9. Any time a natural resource becomes used to the point where it ceases to exist in the same fashion, it’s much harder to protect / save it for the future. Some hiking trails in more rural areas are simply closed off to the public to let nature refresh itself or whatever… Are stairs or an eroding mountain the lesser of two evils?

    Are they making EVERY path up the mountain stairs-only?

  10. Kelsey,

    Ha, despite the fact that in the big picture I think “controlling” nature is not SOOOO bad a thing — it’d be nice if we could fine-tune climate and eradicate certain diseases, for example — I agree that too much sanitization and control just takes all the pleasure out of being in nature. I wouldn’t blanket-condemn all Koreans, though. Policy-makers seem to me to be the ones to blame. I know Koreans who share the sentiment.


    Yeah, I never got the sense Wonmisan was being unsustainably taxed, but as Junsok notes, I wasn’t here this summer.

    The problem with choosing the lesser of two evils is that there are usually other answers to any question, which are completely sidelined by making it into an either/or question. I love Kierkegaard, but it was his fundamental error.

    I am not sure whether every path is becoming stairs-only, but for now there are probably some trails left as they are. I’ve seen nothing leading up to the top peak, which is the best part of the hike in terms of exercise, but my friend and I will be searching for another route either around and off to the back slopes, or up to the top.

  11. Well, when I said, “Are all people the same? Is every person the same?” All three guys shouted, “Yes!”

    You sure they didn’t interpret your meaning as “Everyone has to follow the same rules?”

    Because I can get behind their “yes” if that’s the case.

    As for the trail: It’s too bad, but Korea is lousy with mountains. Instead of making a stink over something not that important, just move on to somewhere else.

    In short- I think you overreacted.

  12. William,

    Yeah, I was talking with someone about it via email and basically chalked it up to being out of country too long. I forgot how to deal with annoying arbitrary crap striking me totally out of left field. Maybe it was an overreaction. Personally, I think all the other people who prefer dirt trails underreacted, but this is Korea and it’s to be expected. People don’t often kick up a fuss when faced with a man in a uniform. Especially not middle and lower class people.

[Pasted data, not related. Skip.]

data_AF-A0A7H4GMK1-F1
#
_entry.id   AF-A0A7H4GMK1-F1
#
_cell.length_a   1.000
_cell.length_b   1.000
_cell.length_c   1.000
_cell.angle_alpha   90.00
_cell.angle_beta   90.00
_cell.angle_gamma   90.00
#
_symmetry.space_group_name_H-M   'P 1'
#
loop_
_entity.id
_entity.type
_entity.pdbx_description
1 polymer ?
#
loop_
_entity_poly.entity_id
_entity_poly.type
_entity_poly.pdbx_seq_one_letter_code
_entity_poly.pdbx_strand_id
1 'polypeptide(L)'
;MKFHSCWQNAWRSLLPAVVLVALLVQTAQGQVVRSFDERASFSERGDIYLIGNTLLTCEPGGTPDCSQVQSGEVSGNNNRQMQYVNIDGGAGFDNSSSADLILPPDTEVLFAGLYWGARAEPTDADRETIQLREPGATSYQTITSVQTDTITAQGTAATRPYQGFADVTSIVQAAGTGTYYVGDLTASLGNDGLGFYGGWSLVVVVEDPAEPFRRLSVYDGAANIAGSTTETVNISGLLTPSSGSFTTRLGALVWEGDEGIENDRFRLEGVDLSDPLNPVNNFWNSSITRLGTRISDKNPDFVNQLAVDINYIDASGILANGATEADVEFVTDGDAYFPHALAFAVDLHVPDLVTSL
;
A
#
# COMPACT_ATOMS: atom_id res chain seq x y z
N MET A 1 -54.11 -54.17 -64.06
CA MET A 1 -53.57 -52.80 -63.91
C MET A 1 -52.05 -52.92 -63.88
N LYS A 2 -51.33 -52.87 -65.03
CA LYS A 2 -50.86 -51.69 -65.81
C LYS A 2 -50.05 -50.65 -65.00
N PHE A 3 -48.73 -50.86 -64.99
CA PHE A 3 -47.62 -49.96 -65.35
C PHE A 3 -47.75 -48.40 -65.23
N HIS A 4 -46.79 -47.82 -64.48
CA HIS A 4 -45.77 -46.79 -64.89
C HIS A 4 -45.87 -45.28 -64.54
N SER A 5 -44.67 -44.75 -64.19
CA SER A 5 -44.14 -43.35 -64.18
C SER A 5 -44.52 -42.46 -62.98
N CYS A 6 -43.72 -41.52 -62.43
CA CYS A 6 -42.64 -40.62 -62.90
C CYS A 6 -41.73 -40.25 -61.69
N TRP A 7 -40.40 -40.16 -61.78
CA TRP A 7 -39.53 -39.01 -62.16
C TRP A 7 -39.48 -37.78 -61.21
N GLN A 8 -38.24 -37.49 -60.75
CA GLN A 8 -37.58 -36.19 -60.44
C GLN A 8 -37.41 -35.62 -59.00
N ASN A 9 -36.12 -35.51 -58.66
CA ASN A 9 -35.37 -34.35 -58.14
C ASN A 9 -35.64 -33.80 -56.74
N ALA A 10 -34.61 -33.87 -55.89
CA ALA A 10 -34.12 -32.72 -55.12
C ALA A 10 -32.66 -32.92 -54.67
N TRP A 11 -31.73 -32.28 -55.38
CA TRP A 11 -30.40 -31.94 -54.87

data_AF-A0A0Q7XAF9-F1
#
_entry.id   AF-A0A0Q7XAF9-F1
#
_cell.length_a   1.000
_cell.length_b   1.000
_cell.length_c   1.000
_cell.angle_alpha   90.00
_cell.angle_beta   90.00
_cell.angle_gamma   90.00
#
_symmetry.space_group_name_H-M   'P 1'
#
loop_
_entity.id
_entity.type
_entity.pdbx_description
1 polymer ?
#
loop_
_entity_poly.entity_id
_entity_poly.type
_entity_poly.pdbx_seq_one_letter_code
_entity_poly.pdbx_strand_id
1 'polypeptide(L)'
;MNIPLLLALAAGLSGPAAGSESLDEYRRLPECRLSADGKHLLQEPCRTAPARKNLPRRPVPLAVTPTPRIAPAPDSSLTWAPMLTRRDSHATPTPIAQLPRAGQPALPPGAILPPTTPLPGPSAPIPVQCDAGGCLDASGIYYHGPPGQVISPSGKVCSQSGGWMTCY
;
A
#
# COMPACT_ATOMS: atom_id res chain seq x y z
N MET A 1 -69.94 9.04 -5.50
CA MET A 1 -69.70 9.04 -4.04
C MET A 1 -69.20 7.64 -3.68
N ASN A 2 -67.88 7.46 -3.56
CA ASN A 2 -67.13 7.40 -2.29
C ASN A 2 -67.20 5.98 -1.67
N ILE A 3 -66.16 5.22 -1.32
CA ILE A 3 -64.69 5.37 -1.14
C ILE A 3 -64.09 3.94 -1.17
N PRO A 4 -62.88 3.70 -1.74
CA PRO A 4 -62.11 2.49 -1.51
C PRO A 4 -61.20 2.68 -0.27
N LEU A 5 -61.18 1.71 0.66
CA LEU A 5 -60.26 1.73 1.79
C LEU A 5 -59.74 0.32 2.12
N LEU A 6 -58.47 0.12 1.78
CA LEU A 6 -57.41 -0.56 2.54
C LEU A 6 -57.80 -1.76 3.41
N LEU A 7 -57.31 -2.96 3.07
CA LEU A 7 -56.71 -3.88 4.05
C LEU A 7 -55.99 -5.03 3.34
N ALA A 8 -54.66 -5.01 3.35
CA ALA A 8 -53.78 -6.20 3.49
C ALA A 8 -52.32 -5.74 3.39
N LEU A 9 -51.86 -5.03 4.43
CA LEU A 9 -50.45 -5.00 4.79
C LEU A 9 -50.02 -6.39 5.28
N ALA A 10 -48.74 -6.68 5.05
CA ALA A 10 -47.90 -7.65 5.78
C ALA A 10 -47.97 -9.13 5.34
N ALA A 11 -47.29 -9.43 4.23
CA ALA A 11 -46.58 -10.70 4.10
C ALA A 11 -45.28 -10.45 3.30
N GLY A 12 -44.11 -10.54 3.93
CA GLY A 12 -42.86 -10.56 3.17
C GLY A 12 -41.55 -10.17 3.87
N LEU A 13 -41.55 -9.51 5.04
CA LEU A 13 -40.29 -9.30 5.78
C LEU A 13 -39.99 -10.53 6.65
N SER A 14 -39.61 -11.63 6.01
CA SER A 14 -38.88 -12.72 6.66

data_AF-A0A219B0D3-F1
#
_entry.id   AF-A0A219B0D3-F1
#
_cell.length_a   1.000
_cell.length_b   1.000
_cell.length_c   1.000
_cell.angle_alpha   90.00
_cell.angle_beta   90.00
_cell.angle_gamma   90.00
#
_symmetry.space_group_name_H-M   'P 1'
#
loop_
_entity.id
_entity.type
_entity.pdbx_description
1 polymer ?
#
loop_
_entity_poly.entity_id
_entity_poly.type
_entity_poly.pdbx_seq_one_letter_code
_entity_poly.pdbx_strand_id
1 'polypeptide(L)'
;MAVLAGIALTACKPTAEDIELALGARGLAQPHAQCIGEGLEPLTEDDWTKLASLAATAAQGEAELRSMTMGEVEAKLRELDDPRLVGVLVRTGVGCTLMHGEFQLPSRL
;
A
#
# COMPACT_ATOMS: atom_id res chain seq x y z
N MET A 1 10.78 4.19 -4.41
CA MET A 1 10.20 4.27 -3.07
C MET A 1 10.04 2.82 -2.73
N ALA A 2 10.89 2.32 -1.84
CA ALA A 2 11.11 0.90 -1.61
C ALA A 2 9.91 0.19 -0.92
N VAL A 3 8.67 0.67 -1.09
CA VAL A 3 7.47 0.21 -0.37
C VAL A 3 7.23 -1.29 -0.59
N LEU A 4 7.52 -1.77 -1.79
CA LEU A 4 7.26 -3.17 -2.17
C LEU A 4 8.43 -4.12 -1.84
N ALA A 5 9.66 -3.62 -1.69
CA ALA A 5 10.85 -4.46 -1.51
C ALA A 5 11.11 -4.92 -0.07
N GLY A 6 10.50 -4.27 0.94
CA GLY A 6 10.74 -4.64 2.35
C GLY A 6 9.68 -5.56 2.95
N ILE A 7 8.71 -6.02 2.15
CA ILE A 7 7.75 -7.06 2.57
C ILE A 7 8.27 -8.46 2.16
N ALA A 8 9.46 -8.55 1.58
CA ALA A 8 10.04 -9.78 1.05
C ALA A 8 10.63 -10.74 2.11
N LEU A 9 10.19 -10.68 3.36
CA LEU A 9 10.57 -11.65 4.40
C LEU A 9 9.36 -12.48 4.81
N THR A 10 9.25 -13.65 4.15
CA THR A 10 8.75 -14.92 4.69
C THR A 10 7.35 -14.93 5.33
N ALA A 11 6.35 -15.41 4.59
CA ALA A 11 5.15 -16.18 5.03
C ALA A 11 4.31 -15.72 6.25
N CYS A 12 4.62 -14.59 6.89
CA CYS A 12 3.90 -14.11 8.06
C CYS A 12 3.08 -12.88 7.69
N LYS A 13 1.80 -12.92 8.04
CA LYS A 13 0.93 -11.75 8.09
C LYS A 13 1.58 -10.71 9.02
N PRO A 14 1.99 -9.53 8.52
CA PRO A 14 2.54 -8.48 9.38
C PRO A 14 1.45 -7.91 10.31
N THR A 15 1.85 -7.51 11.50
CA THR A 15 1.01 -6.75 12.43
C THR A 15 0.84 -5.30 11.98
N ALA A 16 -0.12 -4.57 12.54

Also, I chalked it up to having someone yell at me. When people start yelling at me and telling me what to do, I resist them as much out of defiance and annoyance as out of any desire to do something. I know that’s dumb, I know it’s ceding control to another in a sense, but I’ve always been that way. Working on it, but I’m not there yet.

    To overreact is human, after all…

    In any case, we actually found an alternate place to use that’s almost all dirt trails. They’ll probably blockade all of that next summer when the extra municipal budget needs spending again, but by then I may be living off campus (or somewhere else entirely) so I’ll just go with that for now. It’s nice to see a different side of the mountain, as well. And if I can find the route bypassing the top peak and leading over to the (widely unused) back part of the mountain, I’ll be very happy.

  13. I understand completely.

    When I went back to Korea for a few weeks last year (Foolishly looking for work) after spending the summer and part of the fall bumming around, every single Korean I knew (except for the ex, funnily enough) rubbed me the wrong way… and they weren’t doing anything they didn’t normally do before: Being Korean.

    So when the opportunity opened up in Japan, I told everyone “Goodbye, see you never!” and got on the next boat to Fukuoka.

    Korea is a culture of extremes. There is no such thing as a happy emotional and societal medium there. And you either have to become total milquetoast and accept it all, or impotently rage at all of the idiocy there.

    Or worse yet, bounce back and forth between loving the place and hating it with a fury.

    As obnoxious as ajushi is, you can’t fight back against that Confucian bullshit because it’s like trying to change the direction a glacier moves in. But if you want to have anything resembling a sense of pride, kowtowing to it isn’t much of an option either.